However, don't bite off more than you can hold. Early expansion will leave your cities lightly defended. In most 8-player games, I will stop expansion when I've reached about 1/6 of the map and leave the rest of the map for conquering. This does not mean that I will stop scouting!
The direction of your expansion will depend on many factors, where you are located on the map, where the other players are (if non-hidden map), etc. A general rule of thumb is to expand toward the center of the map if you are on the side or corner. Leave the cities/ruins "behind" you for later (unless you know there is a piece you really want early.)
On the other hand, you should go for a corner or side if you started in the middle of the map for there is a much greater potential of becoming an enemy of another player. Having a corner/side is a tremendous advantage in this game for the map does not "wrap around" and you can safely leave your production cities lightly defended and concentrate on a strong front.
The trick is to maximize your occupied area while minimizing the length of your border. If you can defend a lot of territory with fewer pieces, you will have more units available to attack with. (Robert Heeter)
Minimize your risk. I try to avoid attacking cities with a single piece in the first few turns unless I have at least a +3 advantage. You can always go for the city later with a stack even with Active production. But not too much later though.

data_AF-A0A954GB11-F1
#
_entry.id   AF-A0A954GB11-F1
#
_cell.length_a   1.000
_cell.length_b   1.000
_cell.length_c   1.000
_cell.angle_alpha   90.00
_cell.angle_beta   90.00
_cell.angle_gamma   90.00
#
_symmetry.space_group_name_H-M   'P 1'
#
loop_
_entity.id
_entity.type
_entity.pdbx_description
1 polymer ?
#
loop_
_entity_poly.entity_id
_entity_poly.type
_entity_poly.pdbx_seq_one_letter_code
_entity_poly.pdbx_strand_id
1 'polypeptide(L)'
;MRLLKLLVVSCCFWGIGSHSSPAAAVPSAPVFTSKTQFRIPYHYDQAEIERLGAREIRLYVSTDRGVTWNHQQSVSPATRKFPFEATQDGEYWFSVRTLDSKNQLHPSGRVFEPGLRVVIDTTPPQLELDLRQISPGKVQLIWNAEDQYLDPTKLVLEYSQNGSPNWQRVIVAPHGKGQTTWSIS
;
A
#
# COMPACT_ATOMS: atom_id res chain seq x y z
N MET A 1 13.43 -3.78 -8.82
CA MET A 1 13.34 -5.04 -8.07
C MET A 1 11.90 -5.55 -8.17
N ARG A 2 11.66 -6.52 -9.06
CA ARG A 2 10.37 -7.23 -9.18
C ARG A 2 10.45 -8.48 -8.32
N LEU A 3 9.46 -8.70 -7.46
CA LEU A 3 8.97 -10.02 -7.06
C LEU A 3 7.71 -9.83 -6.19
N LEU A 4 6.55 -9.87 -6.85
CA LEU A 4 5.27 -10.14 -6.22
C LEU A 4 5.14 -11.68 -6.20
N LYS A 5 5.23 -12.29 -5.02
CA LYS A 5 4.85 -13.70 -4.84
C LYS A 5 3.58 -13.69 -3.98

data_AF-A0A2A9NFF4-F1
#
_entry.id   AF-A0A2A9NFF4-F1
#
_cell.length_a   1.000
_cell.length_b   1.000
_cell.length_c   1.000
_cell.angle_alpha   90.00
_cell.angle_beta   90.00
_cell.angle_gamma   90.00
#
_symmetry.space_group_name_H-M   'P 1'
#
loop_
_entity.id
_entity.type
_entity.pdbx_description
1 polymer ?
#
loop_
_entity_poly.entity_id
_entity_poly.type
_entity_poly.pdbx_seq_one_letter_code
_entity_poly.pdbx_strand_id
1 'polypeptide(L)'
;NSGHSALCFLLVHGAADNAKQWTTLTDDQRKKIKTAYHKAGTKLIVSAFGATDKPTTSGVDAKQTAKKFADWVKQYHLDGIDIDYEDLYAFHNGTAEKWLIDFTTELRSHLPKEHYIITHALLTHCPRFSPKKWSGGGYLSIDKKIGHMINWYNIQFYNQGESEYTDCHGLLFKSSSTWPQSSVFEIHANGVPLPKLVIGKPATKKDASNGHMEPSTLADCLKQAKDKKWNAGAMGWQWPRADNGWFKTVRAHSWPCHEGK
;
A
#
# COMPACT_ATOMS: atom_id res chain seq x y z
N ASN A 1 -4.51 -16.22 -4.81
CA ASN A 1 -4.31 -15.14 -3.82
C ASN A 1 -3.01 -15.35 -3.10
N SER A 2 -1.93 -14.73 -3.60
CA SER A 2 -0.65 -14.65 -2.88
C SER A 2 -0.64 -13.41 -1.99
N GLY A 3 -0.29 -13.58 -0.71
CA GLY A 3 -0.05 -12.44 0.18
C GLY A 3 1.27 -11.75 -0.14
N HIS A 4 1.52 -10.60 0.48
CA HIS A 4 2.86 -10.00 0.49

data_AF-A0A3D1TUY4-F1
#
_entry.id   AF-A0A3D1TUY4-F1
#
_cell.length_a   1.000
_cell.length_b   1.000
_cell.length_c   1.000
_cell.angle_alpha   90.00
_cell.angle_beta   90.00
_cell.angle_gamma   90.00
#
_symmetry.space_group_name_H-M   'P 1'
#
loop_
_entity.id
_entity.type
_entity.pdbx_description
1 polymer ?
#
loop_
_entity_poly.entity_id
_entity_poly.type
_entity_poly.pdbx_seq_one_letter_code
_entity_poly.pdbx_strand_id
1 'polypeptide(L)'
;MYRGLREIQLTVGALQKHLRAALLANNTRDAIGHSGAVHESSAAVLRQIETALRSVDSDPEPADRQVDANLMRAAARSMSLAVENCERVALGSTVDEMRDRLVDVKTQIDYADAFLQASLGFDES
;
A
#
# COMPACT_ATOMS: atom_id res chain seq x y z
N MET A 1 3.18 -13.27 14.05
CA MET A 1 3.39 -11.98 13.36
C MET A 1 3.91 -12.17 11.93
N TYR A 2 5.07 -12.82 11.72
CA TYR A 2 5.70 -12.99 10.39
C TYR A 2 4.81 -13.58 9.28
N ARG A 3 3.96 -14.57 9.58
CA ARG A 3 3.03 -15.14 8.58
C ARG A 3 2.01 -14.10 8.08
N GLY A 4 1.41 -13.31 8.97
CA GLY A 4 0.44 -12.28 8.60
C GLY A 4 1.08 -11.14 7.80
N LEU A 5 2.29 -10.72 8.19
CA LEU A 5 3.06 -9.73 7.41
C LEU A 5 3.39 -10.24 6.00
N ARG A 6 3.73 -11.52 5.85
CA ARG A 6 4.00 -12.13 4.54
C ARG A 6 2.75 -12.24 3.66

A +2 advantage usually translates into a roughly 2/3 chance of victory, so you would only expect to win two battles before losing the third. A +3 advantage comes to a 3/4 chance of victory for units attacking with strength 5-10 or so. (Robert Heeter)
If diplomacy is on, try to avoid sacking cities early on to protect your rating. Usually it's fairly save to sack cities starting turn 5 or so, this point also goes well with the above point for you may want to leave the strong cities for sacking.
Why would you want to protect your diplomacy rating? I'd much rather have 1000 gold in a couple turns and a second hero that much sooner. In the expansion phase it pays tremendously to have as many strike forces as possible going in as many directions as possible to occupy territory. Getting an extra hero early on - with allies - is usually a huge advantage. (Robert Heeter)
Another strategy is to build alliances with your neighbor and in unison push toward a given direction. In this type of alliances, it pays to the player "furthest back." However, you must watch out for "backstabbing" if you choose to have such alliances.